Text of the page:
Mike: My friend Joel managed to get the amazing @Stuk.One to paint a massive mural in our alleyway. I was also able to bring @burger_babie to paint an amazing mural inside the arcade. I really wanted the arcade to be a bright fun welcoming place for everyone. I think we did a good job, you should come and check it out.

Jacob: What are your top five cabinets at the arcade?


    1. Space Harrier
    2. TMNT: Turtles in Time
    3. Deadpool Pinball
    4. Street Fighter 2
    5. Ms. Pac Man

Jason: Oh man, that’s always a tough question for me. If I had to choose today I would have to say Galaga 88, Star Wars Trilogy, Donkey Kong 3, Tapper, and Turtles in Time.

Jacob: How did you go about curating the sorts of games you'd populate the arcade with? Was there a list of must-haves, or did the collection just start happening organically?

Mike: Well, it started with me only getting games that were on my “list”. But at one point, I was planning on a 7-10,000 square foot arcade so I started buying up what I would call “filler” games. We now have more awesome games than we can fit, so we had to choose.  Some got cut because they are huge (DDR)(Taiko no Tatsujin), and some because they didn’t resonate with the arcade customers (Gauntlet 2)(Theatrhythm Final Fantasy). These games will make an appearance as we swap out games.

Jason: At first, it was kinda like walking into a candy store as a kid, we wanted everything and anything we could get our hands-on. If the price was good, and the game somewhat interesting, we grabbed it. Now, that mentality works at first, but we started to amass quite the collection of games, so we’ve been a bit more choosy as to what we’ve been deciding to go after nowadays. Between Mike and I, we are definitely biased on some of the titles we wanted, but the community speaks also to what they’d like to see in the arcade and we’re trying our best to get some of those must-haves even to this date.

Jacob: Is there a particular cabinet that's eluded your grasp, is there a white whale you're dying to add to the collection?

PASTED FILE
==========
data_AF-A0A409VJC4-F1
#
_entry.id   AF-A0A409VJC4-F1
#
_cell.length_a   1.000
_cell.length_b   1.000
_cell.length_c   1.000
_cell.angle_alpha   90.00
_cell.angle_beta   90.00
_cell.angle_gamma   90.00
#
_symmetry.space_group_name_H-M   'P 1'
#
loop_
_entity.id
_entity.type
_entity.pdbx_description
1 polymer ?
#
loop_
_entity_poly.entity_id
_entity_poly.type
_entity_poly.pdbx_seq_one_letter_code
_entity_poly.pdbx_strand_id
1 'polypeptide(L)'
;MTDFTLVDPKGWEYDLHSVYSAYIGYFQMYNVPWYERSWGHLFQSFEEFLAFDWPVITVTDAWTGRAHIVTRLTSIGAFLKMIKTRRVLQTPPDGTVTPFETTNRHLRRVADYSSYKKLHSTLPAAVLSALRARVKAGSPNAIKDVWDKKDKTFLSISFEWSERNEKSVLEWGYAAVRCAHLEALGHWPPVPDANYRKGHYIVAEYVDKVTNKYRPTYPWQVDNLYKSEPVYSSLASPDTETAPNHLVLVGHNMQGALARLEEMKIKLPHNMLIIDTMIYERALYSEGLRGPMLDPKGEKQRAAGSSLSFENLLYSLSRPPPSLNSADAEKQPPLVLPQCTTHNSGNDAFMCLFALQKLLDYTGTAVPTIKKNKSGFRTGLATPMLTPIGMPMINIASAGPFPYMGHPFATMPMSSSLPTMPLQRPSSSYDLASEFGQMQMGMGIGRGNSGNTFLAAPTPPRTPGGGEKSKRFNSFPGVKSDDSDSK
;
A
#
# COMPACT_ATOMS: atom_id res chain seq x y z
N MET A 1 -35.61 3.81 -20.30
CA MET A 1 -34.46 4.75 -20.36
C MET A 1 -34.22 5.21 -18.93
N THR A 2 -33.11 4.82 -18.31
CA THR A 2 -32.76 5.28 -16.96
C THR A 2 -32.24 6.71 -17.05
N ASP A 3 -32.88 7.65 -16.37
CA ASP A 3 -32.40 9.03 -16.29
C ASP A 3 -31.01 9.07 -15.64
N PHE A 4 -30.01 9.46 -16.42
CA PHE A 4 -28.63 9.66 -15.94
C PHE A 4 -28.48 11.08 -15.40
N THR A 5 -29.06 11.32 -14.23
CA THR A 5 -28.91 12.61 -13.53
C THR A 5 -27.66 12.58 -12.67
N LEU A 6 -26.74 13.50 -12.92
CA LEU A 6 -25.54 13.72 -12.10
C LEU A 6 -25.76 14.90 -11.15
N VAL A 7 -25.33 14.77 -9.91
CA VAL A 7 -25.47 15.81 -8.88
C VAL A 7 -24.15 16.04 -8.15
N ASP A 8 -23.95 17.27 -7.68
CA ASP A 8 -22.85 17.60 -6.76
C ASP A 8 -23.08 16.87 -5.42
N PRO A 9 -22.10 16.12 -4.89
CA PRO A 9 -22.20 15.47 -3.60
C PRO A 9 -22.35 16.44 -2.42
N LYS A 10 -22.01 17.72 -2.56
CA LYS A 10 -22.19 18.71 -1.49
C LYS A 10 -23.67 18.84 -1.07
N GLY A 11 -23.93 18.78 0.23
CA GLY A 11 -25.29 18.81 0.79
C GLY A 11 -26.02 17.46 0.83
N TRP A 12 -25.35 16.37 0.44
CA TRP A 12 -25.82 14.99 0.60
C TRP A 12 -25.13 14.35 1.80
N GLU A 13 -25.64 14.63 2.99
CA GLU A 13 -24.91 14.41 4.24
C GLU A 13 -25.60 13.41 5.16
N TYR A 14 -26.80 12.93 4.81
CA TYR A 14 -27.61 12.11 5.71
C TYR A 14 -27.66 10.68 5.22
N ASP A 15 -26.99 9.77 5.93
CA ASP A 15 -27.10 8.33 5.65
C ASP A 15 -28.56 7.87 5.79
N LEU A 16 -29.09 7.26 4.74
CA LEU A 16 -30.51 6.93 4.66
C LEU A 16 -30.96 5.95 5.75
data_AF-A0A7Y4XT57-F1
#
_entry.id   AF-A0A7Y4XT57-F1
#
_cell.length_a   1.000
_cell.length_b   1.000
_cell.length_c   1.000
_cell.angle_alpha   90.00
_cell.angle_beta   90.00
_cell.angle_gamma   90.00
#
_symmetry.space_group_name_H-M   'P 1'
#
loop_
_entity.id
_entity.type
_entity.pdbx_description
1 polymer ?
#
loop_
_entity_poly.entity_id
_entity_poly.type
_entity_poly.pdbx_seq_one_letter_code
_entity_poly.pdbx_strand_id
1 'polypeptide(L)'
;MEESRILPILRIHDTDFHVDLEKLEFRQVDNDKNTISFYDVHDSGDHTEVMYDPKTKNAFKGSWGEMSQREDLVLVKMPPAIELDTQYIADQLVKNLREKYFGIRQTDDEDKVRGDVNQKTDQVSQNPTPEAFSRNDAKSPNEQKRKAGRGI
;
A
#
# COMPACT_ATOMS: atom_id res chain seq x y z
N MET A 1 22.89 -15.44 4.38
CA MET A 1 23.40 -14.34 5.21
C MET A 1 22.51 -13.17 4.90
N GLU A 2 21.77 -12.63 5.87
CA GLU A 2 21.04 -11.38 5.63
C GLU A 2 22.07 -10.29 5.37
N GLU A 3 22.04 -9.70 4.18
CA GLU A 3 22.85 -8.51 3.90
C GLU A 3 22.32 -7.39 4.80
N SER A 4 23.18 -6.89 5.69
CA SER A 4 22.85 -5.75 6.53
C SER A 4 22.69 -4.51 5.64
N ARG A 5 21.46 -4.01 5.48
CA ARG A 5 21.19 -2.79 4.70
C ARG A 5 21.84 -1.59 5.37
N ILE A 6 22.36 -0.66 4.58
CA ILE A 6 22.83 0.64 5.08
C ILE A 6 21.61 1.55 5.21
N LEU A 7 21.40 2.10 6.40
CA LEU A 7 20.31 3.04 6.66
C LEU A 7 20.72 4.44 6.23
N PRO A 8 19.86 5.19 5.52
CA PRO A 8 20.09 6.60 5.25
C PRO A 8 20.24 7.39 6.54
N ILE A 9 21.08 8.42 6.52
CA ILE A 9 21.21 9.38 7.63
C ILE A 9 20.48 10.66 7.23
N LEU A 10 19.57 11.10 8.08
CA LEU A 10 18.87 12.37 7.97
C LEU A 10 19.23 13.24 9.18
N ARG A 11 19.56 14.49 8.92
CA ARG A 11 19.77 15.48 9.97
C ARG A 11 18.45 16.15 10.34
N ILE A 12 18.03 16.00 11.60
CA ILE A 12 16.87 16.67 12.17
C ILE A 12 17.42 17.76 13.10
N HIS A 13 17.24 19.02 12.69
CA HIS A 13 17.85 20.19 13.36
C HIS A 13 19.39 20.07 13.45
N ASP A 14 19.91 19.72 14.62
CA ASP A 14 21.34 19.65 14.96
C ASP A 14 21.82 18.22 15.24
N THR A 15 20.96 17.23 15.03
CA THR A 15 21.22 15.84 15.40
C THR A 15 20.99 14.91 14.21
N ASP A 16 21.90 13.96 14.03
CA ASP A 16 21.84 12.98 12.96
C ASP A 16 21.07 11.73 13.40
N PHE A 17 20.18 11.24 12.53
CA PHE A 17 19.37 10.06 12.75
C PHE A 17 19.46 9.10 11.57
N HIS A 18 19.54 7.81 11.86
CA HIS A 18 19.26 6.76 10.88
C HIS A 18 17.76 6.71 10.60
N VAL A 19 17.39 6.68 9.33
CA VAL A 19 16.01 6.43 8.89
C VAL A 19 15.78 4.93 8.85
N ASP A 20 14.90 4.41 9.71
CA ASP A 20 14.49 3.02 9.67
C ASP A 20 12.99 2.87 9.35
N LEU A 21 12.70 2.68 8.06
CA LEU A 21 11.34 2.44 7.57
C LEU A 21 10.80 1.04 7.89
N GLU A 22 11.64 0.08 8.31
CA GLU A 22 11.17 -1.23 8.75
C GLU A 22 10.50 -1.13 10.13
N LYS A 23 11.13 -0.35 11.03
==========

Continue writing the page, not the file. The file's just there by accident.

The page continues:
Mike: Space Harrier was that game. It is stupid expensive and doesn’t pop up too often.  I made Jason go out of his way home from Pax East to pick it up from someone off KLOV. I really want an old pinball called “300”. It is a bowling game, not terribly fun, but my grandparents had one in their basement and I would play it all the time. Probably a big reason I love pinball so much.

Jason: There are so many great titles still out there looking for us to find, but I would love to get a Tron at some point. It’s one of those games that I think still holds up today as far as playability, and very much a household name when it comes to the arcade industry.

Jacob: If you could only play one arcade game for the rest of time what would it be and why?

Mike: I would probably go with Ms. Pac.  It is a fun game that ramps up difficulty, but the player does have a chance to improve with strats and skill.

Jason: Tapper hands down. It’s like that comfort food you always go back to even though you should be exploring some more tasty options. It has a great blend of toughness, goofiness, and playability. The game mechanics are so simple, as all you do is pour beer and you pick up empty mugs. The uniqueness behind the controls and the design of the cabinet always allured me and drove my passion and interests for the games that came out before my time.